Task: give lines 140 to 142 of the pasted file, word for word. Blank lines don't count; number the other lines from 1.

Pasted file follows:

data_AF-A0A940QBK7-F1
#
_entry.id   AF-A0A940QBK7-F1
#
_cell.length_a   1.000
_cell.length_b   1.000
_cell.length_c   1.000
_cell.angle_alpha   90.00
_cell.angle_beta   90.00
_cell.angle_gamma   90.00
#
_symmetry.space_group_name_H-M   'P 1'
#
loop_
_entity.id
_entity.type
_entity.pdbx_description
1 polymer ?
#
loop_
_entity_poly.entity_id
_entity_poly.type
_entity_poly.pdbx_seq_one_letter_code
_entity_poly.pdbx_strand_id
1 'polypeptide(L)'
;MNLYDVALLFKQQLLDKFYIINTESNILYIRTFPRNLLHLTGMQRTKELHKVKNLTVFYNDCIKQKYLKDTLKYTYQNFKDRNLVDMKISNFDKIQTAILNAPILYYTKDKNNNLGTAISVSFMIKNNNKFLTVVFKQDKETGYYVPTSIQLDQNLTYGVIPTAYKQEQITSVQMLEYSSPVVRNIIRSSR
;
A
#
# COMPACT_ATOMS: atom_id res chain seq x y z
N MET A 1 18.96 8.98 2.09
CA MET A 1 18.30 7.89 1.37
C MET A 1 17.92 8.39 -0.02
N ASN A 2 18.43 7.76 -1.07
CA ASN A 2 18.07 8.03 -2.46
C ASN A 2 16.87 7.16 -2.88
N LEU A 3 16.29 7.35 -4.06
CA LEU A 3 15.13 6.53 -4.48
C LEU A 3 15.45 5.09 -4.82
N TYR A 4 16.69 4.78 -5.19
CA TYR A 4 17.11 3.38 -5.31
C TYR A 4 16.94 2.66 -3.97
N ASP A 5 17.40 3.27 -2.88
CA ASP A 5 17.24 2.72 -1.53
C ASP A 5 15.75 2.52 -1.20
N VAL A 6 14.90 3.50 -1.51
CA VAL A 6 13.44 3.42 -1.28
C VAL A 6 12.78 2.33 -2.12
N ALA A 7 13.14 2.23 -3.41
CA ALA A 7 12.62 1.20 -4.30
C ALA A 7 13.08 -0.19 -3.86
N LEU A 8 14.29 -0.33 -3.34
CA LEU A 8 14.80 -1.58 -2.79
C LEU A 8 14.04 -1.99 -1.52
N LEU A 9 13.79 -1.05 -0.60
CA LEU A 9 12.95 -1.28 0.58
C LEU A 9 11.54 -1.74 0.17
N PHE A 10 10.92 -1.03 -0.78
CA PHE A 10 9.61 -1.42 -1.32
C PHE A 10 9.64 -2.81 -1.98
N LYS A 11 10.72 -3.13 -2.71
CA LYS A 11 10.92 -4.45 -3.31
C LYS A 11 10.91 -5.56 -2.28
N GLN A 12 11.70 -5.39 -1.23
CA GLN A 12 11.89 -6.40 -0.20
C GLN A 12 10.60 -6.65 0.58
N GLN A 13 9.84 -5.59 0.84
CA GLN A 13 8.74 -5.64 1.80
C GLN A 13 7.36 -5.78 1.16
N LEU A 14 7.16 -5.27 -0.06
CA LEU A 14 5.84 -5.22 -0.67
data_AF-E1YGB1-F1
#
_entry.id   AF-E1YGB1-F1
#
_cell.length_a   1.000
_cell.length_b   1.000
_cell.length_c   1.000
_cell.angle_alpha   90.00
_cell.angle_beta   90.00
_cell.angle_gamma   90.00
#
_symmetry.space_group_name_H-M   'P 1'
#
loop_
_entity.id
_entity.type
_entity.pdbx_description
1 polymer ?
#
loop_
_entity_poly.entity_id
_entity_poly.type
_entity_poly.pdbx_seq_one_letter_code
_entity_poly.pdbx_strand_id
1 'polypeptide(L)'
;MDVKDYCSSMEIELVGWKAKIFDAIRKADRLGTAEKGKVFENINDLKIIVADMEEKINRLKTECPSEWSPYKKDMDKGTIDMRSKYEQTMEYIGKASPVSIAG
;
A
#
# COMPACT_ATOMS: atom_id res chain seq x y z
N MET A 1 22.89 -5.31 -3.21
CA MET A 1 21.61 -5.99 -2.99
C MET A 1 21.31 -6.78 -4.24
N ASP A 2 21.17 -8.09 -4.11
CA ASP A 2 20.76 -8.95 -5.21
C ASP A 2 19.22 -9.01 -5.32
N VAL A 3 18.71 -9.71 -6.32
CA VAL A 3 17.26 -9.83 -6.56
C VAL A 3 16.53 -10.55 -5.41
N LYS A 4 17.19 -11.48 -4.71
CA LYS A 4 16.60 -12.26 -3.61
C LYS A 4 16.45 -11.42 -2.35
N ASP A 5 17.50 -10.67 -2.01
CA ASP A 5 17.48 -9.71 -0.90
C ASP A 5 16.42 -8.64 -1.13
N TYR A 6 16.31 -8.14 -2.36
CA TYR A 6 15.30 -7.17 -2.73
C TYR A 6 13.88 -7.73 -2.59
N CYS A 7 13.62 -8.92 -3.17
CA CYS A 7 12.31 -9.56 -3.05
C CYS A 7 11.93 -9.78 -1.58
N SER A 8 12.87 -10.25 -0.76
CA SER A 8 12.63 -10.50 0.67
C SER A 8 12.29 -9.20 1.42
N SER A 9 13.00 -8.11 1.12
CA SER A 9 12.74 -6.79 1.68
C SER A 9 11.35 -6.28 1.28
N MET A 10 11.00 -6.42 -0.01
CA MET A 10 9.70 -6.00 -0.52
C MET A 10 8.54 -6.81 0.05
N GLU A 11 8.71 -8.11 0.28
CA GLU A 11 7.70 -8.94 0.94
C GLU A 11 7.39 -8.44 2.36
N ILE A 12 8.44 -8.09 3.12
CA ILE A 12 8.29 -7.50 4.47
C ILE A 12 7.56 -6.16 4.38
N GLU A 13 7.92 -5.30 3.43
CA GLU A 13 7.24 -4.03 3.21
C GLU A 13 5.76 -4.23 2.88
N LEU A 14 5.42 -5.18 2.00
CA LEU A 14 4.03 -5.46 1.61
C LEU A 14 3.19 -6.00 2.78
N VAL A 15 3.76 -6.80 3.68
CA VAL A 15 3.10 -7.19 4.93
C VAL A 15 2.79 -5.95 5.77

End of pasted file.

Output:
C GLU A 13 5.76 -4.23 2.88
N LEU A 14 5.42 -5.18 2.00
CA LEU A 14 4.03 -5.46 1.61